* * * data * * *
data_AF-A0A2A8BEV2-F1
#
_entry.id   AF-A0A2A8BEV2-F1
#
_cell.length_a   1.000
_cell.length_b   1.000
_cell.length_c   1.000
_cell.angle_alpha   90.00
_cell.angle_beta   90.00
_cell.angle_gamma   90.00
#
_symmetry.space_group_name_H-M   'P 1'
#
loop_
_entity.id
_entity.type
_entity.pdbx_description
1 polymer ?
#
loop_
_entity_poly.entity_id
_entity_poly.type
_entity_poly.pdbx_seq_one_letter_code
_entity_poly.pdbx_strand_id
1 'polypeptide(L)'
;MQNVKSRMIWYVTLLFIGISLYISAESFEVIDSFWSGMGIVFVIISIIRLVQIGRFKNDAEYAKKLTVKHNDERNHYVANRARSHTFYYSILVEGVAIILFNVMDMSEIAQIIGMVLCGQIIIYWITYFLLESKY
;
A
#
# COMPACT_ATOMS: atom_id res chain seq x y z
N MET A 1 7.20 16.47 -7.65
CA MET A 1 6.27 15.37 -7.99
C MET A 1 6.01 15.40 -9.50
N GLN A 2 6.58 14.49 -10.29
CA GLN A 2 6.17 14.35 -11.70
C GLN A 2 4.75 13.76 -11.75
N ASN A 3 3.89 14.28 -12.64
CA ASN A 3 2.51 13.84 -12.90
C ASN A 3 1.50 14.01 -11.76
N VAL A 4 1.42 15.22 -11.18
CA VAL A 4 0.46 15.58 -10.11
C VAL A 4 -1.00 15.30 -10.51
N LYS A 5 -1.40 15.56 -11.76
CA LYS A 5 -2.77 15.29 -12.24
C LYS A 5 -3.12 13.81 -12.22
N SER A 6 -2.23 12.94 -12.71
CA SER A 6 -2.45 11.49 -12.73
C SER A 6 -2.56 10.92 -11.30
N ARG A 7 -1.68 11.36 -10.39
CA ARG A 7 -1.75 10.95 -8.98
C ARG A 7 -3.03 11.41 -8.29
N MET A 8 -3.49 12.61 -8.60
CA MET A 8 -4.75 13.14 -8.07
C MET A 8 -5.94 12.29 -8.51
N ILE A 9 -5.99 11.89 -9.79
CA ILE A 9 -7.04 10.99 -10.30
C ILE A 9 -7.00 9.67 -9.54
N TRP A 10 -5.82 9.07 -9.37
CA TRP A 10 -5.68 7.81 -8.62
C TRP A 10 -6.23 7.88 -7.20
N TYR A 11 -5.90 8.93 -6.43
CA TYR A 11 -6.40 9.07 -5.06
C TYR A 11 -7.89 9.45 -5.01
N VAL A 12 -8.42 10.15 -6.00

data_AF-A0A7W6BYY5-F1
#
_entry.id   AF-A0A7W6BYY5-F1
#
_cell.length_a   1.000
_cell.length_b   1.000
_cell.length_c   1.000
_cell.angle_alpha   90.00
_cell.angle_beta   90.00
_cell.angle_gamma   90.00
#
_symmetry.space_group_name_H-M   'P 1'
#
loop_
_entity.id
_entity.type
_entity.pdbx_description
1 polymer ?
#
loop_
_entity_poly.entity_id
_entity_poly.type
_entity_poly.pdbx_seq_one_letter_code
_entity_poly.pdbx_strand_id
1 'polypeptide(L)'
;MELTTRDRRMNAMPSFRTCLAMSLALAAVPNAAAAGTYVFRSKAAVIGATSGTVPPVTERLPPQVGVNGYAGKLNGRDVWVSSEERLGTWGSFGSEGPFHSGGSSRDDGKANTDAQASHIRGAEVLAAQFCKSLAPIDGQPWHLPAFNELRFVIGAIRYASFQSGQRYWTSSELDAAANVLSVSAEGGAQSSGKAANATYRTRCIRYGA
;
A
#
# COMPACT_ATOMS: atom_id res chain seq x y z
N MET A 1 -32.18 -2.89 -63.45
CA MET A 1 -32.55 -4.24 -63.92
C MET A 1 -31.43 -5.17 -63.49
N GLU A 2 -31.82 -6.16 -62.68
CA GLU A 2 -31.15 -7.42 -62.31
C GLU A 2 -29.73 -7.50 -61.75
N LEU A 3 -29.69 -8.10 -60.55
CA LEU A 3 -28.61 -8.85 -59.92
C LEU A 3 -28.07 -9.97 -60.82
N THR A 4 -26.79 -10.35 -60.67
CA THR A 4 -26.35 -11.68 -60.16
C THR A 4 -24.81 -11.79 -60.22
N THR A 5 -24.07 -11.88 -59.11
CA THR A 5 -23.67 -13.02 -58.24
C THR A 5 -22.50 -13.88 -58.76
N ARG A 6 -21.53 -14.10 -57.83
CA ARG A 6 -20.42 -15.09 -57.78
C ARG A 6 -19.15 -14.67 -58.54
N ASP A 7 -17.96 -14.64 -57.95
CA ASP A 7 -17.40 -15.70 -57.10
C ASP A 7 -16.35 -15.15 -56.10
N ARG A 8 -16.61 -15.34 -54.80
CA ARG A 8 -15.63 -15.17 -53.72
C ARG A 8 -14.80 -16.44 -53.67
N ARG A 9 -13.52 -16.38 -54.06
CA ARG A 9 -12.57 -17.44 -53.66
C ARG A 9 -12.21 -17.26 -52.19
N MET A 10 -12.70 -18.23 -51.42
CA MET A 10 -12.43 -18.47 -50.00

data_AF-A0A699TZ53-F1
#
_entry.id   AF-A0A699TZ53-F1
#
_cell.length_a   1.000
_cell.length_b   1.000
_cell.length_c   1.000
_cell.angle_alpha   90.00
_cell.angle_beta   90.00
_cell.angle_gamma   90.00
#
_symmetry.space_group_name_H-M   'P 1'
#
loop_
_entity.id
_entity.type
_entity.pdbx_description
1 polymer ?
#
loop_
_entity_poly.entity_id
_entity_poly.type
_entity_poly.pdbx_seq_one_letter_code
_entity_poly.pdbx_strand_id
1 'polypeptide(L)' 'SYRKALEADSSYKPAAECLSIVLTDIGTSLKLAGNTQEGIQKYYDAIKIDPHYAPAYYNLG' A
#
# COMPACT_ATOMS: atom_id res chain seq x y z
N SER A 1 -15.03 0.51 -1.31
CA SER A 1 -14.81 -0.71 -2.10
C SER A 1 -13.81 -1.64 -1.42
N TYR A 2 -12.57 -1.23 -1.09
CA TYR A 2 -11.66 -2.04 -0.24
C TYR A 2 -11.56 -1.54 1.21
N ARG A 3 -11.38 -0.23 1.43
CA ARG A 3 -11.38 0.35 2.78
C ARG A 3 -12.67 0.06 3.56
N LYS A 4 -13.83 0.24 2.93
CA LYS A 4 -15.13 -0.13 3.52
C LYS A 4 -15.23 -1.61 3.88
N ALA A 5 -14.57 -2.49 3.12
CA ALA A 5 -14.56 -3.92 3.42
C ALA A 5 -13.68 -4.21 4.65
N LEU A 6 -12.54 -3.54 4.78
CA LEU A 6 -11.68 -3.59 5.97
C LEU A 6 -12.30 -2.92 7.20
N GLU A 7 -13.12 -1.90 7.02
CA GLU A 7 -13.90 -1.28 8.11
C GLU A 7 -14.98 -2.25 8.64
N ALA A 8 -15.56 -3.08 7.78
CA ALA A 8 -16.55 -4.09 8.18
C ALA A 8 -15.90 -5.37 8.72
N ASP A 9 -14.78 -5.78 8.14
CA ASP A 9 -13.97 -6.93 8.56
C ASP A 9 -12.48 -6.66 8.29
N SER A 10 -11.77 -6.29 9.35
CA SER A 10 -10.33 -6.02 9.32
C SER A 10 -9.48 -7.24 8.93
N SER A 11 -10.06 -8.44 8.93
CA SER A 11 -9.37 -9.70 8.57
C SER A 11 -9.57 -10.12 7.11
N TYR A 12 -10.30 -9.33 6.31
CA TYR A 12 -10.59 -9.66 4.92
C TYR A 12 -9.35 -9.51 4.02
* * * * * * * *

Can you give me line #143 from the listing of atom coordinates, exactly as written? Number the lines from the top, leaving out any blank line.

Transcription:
loop_